The second day of the Song Celebration has always been based on the repertoire of different choir and orchestra types – each type has an opportunity to showcase a number of pieces, the grand finale includes all performers for the traditional standards and usually a special commissioned piece. According to Perens this year’s new commissions include many pieces that have been based on traditional folk songs: “The treasury of our folk songs is a truly endless source. What is new and changing are the topics. We have to find a balance between new music and Estonian classics that people expect to hear.Here the grand finale of joint choirs is always extremely important. I am so pleased to have a new cantata by Pärt Uusberg “Igaviku tuules”/In the Wind of Eternity/ in the finale – a special commission for this celebration that he will conduct himself. It’s based on the lyrics by old Estonian poets Juhan Liiv and Kristjan Jaak Peterson and an Estonian folk song. It’s hard to imagine anything more “Estonian” than a combination of these three sources of lyrics. Uusberg has captured the character and full potential of joint choirs in this piece. He truly uses the joint choir as an instrument. We have heard this piece in the rehearsals performed by a few hundred singers and already this sound truly incredible. I think this song has the potential to become one of the lasting song celebration standards that will be performed many times in the future.”
Isn’t it always the ambition when commissioning new music for the song celebration? The main idea is to enrich the choir repertoire with new contemporary music as if weaving an endless carpet. But the secret hope is also to create a piece or a few that will shine beyond one celebration and remain in the repertoire for years to come.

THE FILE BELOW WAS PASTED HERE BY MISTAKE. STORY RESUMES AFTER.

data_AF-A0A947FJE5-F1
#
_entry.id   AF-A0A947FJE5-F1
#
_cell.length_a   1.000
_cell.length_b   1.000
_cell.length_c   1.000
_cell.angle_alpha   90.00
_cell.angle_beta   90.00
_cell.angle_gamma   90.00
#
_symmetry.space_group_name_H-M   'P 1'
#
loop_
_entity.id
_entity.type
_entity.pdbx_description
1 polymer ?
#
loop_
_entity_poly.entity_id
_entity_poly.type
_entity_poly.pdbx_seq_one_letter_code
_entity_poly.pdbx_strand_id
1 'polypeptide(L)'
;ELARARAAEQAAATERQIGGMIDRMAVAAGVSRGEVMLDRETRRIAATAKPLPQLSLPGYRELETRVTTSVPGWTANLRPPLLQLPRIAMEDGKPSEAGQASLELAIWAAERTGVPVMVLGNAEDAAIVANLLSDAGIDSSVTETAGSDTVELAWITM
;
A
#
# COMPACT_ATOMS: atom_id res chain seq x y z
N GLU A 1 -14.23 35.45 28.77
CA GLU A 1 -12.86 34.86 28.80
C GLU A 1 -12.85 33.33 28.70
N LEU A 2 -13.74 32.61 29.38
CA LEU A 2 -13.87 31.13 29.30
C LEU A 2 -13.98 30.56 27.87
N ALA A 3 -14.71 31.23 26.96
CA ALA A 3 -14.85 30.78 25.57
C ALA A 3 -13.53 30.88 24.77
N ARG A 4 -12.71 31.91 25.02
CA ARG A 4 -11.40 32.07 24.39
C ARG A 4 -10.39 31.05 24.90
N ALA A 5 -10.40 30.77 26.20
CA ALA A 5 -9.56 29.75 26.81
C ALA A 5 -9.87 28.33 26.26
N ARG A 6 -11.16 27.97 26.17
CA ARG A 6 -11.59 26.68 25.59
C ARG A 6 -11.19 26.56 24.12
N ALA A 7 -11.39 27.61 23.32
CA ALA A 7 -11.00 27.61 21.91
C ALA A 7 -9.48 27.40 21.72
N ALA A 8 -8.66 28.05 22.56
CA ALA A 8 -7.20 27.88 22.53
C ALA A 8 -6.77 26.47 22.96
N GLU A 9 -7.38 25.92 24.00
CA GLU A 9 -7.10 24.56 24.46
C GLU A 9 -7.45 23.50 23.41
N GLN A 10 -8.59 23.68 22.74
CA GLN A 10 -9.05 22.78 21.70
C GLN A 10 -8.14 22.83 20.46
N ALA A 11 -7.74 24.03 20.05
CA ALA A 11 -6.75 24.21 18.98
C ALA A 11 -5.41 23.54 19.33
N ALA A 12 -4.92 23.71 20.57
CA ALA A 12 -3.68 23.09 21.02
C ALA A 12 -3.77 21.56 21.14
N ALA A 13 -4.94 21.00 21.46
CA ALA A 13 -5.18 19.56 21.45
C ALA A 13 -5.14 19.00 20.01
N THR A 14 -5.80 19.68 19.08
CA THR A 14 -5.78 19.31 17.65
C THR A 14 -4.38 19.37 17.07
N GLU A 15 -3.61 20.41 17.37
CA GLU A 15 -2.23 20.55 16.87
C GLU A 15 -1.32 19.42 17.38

PP: “This is true. We certainly hope that all the new music will be like pearls. Right now, it seems that the singers have really responded very well to the newly commissioned music. Even some of the more complicated pieces, like “Kannel” by Hain Hõlpus for mixed choirs, that did cause some rising eyebrows at first due to difficult changes of key and other elements, have by now become familiar. Good thing takes time. Great music will not give itself in immediately, it takes practice until one realizes the greatness.”
For singers it seems interesting to challenge themselves and perform new complicated music. The question remains, how will the audience react.
PP: “I would not underestimate the audience. They are to the most part also friends and family, neighbours and colleagues of the singers. I have the feeling that the discussion about the repertoire is not just confined to choirs and musicians but rather it spreads to the whole society. The rehearsal time is almost two years, so by the time of the actual celebration people are familiar with and excited about the new pieces, eager to hear how they actually sound. As long as we can offer this kind of excitement all is well. If that ceases and people just come to a concert of songs that have been sang 150 years, it’s over. Our descendants have to be able to look back to our era and understand us through the songs and music created today.”